The 100th anniversary has been quite the celebration, with a book and archival fashions and more. As a family company, tell us, what does this century milestone mean to both the company and to you personally.
There are few fashion houses in the world that can boast 100 years of family tradition. For us, that is something special. We came a long way from a humble apron atelier to an international brand, that is still based in St. Gallen, still family-owned, yet has found its place among the greats in fashion. It just felt right to take this moment as an incentive to pause, to look back in order to move forward into a new century.
As the creative director, you have worked with high-profile artists and architects on collections. I’m curious on how you see these three disciplines (fashion, art, architecture) meshing. What do they all have in common? How does art and architecture enhance your designs?
We make clothes that are bought and sold. I always find it quite difficult when we talk about cultural claims in our spheres. I’m just as critical of the assignment that people who make fashion are artists. We as fashion designers serve a purpose. I would rather compare our work to that of an architect. Wearing a good piece of clothing is always a bit like living in it.
I’m interested in architecture and art; it has a big influence on my work and life. But inspiration can’t replace a refined cut or great fabric. It’s always about an interplay of cut, fabric, drape and color, but above all to evoke a natural feeling when worn.
Let’s talk about fabrics. That’s where it all starts for Akris. How do you know when the fabric is just right for the design? Tell me about that experience when you first touch a new fabric. Why is it important to you to continue to work with St. Gallen embroidery?
The creation process begins when I take a piece of fabric in my hand. Fashion is not just visual. It is also tactile, it’s about feeling. For me it is very important what you wear against your skin. When I feel a fabric, it tells me about what I can or cannot do. Then I start to draw.
Embroidery is central to the history of Akris as my grandmother, Alice Kriemler-Schoch, started this house by making embroidered aprons. But it is not only about the house’s legacy, I do believe that, besides all the florals and heavy couture style, embroidery can be very modern and a feast of innovation. Case in point, for our Fall/Winter 2014 collection we worked with a conductive thread called e-broidery to create a starry night-sky effect inspired by artist Thomas Ruff’s work. Embroidered onto silk crêpe, the thread is powered by a battery pack that’s worn hidden in the pocket of the gowns and suits. This was the first industrial integration of a flashing light technology on a fabric that will keep its elasticity and drape and can withstand dry cleaning and machine washing. These dresses even made their way into museum collections.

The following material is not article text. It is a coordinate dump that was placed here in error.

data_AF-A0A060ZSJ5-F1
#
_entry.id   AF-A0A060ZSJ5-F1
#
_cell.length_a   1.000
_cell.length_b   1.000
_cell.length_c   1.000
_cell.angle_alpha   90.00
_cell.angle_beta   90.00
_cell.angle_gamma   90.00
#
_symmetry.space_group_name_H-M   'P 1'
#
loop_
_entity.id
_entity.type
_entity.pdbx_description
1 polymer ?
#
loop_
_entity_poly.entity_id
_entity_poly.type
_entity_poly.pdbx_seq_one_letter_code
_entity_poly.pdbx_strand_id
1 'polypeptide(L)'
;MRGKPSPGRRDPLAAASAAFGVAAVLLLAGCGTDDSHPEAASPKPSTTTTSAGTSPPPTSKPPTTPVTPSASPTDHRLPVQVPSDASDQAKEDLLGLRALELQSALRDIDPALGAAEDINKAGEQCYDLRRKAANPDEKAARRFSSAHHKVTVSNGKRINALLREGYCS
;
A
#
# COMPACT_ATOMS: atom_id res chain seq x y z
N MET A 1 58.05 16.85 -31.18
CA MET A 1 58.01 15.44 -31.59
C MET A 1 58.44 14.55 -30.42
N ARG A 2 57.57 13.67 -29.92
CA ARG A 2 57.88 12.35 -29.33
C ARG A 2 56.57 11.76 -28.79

Tell us about your earliest memories of working in fashion with your family and how that has informed your designs today and Akris’ overall ethos.
I especially remember my grandmother, Alice, who founded our company by buying a single sewing machine. Her aprons were the only ones in St. Gallen that had darts, which she skillfully placed. The cuts were not only logically worked out and modern, they had class. Those who wore her aprons no longer wanted to miss this kind of quality. She soon dressed numerous working women, first in Eastern Switzerland and then throughout Switzerland. She introduced us to the Akris philosophy: Clothes that make you feel good from early in the morning until late at night.
Akris is a go-to for many powerful women. Why do you think that is? What is it about the clothing that makes women feel so confident?
I design for a woman with purpose – women who are committed to make a difference and create change, that have a mind of their own and an authentic voice. Our mission is to enhance a woman’s confidence through the way she dresses, to make a woman feel her best self through what she wears – determined and free, so she can express her own personality and strength.
What’s next? Where does Akris go in the next 100 years?
In May 2023 we will open «Akris.fashion.selbstverständlich», an exhibition at the Museum für Gestaltung in Zurich. In addition, we will open a new store in Chicago, designed by David Chipperfield, who created a new boutique concept for us. After that, let’s wait and see …
Luxeicon’s resident cool girl, Mosha Lundström Halbert, a multi-disciplinary fashion director, journalist, and entrepreneur, is a literal expert in all things cool. She helped us find the perfect gifts last year – and we’ve decided to make it a tradition.